The combined studies showed a high interest in the industry coming especially from young women, as well as their families’ preference of having them study locally and not being forced to move abroad to pursue their education.

“Plus this is a young market overall, as 38 percent of the population is under 25 years old,” Valenti said. “Women currently account for around 33 percent of the Saudi workforce in general, but this number is expected to increase, especially if we look to the fashion and luxury industries.”

Stefania Valenti, global managing director of Istituto Marangoni, and Burak Çakmak, chief executive officer of the Fashion Commission of Saudi Arabia’s Ministry of Culture.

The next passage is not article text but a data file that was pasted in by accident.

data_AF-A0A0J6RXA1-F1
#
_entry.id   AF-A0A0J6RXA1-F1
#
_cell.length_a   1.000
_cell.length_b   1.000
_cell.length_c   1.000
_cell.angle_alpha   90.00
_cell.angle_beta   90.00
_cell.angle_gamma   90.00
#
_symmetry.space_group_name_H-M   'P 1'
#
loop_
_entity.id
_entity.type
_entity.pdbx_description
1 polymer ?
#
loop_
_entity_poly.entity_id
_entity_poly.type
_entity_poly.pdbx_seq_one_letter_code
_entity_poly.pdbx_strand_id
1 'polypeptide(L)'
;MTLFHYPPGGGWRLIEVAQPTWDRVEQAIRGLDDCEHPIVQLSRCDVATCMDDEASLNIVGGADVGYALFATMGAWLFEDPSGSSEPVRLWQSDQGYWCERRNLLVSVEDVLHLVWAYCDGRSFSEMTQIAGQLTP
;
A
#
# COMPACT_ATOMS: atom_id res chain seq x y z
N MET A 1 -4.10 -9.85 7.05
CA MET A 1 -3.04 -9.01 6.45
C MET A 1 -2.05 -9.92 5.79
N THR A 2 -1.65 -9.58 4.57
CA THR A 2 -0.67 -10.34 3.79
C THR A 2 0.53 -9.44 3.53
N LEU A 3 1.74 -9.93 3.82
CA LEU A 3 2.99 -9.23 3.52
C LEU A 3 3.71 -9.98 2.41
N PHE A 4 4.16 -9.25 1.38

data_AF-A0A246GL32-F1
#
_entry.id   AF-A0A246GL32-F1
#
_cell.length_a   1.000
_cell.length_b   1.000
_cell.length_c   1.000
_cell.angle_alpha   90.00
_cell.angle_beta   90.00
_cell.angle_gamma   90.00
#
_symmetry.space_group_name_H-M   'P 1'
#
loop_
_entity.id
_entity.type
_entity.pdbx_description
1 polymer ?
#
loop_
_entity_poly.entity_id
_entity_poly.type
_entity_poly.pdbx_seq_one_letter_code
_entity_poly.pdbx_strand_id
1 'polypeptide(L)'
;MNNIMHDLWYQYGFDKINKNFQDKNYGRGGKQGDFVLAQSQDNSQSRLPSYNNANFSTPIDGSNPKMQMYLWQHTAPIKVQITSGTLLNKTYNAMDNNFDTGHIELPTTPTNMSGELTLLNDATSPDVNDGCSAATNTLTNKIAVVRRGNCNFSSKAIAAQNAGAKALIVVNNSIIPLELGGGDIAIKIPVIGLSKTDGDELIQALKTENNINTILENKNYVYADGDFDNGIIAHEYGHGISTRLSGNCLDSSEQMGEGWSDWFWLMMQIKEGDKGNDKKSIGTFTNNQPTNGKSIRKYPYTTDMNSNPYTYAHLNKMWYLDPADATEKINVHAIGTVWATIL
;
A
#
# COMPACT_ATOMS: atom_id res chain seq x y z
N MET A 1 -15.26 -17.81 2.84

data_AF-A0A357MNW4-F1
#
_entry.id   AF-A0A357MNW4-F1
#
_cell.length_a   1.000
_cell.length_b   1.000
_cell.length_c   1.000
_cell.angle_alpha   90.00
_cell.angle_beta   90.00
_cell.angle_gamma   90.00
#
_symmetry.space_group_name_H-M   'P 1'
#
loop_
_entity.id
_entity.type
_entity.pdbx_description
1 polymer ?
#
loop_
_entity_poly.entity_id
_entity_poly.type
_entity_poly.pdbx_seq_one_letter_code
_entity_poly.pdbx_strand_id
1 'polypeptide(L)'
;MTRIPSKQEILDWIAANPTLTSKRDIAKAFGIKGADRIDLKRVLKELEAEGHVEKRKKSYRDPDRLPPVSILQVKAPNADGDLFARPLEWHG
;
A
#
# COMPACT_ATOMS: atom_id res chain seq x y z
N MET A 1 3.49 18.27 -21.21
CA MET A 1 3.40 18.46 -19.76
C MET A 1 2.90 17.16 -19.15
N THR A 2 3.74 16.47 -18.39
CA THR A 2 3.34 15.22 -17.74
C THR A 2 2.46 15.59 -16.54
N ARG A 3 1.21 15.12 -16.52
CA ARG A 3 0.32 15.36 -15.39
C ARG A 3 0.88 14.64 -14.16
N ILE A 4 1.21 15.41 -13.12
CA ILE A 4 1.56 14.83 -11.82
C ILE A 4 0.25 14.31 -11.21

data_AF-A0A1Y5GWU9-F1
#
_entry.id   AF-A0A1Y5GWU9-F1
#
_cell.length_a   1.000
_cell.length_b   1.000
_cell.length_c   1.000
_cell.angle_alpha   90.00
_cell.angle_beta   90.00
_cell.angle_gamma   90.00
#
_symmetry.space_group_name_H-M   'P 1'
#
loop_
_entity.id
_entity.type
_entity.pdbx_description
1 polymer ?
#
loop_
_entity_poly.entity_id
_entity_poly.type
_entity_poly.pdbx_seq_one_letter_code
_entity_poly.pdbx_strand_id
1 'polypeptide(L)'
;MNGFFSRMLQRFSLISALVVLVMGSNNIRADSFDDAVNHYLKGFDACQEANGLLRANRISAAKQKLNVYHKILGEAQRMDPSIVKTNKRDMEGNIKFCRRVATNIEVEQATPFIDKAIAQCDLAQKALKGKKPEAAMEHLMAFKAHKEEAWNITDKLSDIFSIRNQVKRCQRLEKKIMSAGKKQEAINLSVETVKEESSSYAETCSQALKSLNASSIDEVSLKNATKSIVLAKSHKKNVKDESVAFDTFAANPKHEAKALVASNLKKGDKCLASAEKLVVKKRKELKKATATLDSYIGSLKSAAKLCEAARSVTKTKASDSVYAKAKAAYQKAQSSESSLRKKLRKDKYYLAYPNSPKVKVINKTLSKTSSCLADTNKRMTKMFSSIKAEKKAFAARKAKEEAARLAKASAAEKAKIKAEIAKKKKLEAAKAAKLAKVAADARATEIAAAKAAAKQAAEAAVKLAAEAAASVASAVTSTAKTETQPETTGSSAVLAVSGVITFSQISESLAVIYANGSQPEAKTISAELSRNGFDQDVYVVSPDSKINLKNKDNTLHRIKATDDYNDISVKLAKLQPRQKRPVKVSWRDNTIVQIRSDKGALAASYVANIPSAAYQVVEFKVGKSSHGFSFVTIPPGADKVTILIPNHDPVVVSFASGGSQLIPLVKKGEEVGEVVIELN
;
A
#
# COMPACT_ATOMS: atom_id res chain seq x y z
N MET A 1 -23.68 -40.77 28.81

Stefania Valenti, global managing director of Istituto Marangoni, and Burak Çakmak, chief executive officer of the Fashion Commission of Saudi Arabia’s Ministry of Culture.

Courtesy of Istituto Marangoni

With the fashion education sector still underdeveloped, Istituto Marangoni and the Saudi Fashion Commission aim to fill the gap of professional profiles that could be employed both at international companies expanding in the region as well as helping to lead the rise of the local fashion movement.

“There are plenty of American and English groups investing in the area, especially in retail by opening malls for one, as well as many Italian brands,” Valenti said. “So we’re looking to train students in retail and buying, in addition to our core, like fashion design. But also in everything related to promotion: There are Saudi brands that need to enhance their collections and image via look books, campaigns, fashion shows, also because the Saudi Fashion Commission is working to bring these labels to Milan, Paris and New York for networking and visibility.”